- 529 Planning – While contributing to a 529 plan will not give you a federal income tax deduction, you could get a state income tax deduction depending on your state’s rules. So if you are saving for your child’s education, check with your advisor or tax professional to see if you’re eligible for a deduction.
- Pay Off or Refinance Home Equity Indebtedness – Home equity indebtedness – any mortgage interest on the debt principal that you borrowed that was not used to acquire or substantially improve a home – is no longer deductible after 2017. Instead, consider paying down the debt or refinancing, especially if you carry a high interest.
- Estate Plan – Does your estate plan reflect any new assets, like a car or property? The end of the year is a good time to evaluate your trusts, wills and other legal documents.
- Beneficiaries – Have you had any children or grandchildren in the last year? Look at updating your beneficiaries with any changes to your family, as well as any charitable foundations you want to designate.
- Insurance Review – As your assets or expenses grow, so too can your insurance needs. It is a great time to schedule a policy review.
- Emergency Fund – Your emergency fund should be at least three months of expenses. If your expenses increased last year, now is the time to think about adding to your savings.
- Asset Allocation – The end of the year is a good time to reassess your investment allocation and your risk tolerance.
- Set Up a Retirement Account. If you are self-employed or a small business owner, you might want to consider setting up a 401(k), defined benefit plan, IRA, SIMPLE IRA or SEP IRA.
- Flexible Spending Accounts – A flexible spending account (FSA) is a tax-deductible account that can be used for a specific expense, like medical or child care.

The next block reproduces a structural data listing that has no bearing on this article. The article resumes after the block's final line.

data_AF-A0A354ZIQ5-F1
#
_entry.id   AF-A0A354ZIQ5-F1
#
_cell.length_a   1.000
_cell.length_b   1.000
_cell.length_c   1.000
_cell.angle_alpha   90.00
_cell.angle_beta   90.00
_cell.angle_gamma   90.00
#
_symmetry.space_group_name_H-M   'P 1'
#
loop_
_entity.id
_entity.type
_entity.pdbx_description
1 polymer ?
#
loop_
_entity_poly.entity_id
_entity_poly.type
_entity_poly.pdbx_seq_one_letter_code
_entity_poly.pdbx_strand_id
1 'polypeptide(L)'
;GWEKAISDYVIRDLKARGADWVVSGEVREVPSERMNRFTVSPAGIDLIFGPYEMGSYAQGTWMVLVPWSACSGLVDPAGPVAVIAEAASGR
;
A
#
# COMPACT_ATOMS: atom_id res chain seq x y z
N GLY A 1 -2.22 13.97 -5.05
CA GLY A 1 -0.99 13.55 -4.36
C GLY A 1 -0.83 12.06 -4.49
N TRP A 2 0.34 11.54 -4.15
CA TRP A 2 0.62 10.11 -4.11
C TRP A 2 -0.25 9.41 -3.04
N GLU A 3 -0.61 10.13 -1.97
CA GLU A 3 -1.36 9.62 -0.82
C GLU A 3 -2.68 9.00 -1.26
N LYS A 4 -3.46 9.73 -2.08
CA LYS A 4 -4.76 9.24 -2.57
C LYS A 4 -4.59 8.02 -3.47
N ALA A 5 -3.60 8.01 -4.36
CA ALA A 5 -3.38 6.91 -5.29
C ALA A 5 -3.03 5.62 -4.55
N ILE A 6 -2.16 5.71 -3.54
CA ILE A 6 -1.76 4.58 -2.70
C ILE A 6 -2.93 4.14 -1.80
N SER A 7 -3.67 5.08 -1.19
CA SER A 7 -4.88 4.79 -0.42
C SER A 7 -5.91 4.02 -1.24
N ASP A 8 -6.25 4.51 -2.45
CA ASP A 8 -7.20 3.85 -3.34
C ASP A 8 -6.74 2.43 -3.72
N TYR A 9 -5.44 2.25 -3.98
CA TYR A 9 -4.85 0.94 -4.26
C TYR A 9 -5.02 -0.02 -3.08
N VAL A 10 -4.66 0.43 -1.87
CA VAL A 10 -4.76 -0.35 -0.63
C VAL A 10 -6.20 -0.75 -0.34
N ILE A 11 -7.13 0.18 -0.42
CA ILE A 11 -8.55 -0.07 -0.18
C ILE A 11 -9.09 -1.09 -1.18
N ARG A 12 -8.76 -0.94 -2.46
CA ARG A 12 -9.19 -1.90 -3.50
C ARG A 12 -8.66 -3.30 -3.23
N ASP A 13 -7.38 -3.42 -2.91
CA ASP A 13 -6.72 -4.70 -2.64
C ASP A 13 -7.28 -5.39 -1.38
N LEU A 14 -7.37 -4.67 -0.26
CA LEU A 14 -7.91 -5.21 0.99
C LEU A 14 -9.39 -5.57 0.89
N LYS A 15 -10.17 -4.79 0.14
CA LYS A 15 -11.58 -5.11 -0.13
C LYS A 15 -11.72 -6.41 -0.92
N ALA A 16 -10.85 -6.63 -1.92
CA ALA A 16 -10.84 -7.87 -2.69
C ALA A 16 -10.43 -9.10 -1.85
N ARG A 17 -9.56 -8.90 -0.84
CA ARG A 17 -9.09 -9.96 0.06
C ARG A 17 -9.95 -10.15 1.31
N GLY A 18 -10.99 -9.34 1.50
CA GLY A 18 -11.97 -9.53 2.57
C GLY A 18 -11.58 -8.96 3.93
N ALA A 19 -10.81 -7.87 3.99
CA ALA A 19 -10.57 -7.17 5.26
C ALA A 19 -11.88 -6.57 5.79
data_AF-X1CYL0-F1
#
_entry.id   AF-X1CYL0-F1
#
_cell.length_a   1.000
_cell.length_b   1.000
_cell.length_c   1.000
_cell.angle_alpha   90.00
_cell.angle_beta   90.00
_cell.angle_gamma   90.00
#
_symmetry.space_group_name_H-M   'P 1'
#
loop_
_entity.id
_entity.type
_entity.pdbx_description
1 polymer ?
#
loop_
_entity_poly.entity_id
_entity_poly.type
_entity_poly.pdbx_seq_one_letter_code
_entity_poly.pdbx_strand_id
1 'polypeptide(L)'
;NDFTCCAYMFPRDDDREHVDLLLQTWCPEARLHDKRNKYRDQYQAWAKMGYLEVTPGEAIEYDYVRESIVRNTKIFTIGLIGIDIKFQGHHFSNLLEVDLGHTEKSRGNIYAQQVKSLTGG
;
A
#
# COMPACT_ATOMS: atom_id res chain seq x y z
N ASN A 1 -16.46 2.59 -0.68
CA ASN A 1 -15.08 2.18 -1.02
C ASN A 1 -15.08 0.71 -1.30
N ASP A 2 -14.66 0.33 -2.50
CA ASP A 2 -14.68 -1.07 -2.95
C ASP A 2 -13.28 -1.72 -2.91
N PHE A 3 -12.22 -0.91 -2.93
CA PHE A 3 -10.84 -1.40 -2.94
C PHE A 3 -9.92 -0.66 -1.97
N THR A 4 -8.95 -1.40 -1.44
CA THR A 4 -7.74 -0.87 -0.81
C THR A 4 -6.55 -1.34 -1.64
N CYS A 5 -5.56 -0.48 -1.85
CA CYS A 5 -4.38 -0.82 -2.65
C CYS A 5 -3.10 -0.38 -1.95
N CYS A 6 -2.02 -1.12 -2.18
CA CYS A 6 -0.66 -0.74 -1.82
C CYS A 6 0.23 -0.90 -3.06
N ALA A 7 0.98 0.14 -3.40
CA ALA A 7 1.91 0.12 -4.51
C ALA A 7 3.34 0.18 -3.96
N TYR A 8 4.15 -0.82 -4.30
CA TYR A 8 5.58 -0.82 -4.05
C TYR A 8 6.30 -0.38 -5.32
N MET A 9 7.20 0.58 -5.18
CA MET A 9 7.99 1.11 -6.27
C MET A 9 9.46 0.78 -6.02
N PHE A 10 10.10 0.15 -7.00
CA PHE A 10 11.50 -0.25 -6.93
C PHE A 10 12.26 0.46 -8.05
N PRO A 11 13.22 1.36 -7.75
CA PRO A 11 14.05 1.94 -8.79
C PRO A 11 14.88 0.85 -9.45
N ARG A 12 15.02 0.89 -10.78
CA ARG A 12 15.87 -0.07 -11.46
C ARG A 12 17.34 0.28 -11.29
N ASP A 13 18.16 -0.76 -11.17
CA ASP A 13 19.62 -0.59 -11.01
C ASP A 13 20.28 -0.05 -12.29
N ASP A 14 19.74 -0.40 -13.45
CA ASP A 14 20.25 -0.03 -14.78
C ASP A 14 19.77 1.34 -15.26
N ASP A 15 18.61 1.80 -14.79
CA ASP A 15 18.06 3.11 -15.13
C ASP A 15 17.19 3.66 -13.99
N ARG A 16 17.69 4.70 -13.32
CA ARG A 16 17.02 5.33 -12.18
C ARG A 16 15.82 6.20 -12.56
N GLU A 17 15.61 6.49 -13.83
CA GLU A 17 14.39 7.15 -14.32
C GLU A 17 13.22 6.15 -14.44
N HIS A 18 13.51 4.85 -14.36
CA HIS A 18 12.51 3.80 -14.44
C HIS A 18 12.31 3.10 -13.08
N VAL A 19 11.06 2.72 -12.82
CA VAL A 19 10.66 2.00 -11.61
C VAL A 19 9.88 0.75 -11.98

- New Years Goals – The end of the year is a good time to do some This can be broader than just your financial planning goals. Think about savings, investing, retirement planning, and career goals and investing back in yourself.
- Prepare for Tax Season – Many of your employer documents, investment forms and other important tax documents won’t be mailed until January or February, but you can start getting receipts, bills, accounts and other documents in order.
- Speak with an Advisor –The end of the year is a great time to review your current situation and speak with a financial advisor. An advisor can help you pursue your goals, look for any gaps in your plan and make sure your investments are in line with your risk tolerance.
Live life by design not default – you define it, we’ll design it. This is our vision here at Pinnacle. We want to help you make your financial dreams into concrete plans, and your year-end tax planning checklist is a good place to start. Get in touch today for a complimentary initial appointment, or your year-end check-in, and let’s get your plan in place!
This information is not intended to provide specific legal, tax or other professional advice. For a comprehensive review of your personal situation, always consult with a tax or legal advisor.
Converting from a traditional IRA to a Roth IRA is a taxable event. A Roth IRA offers tax free withdrawals on taxable contributions. To qualify for the tax-free and penalty-free withdrawal or earnings, a Roth IRA must be in place for at least five tax years, and the distribution must take place after age 59 . or due to death, disability, or a first time home purchase (up to a $10,000 lifetime maximum). Depending on state law, Roth IRA distributions may be subject to state taxes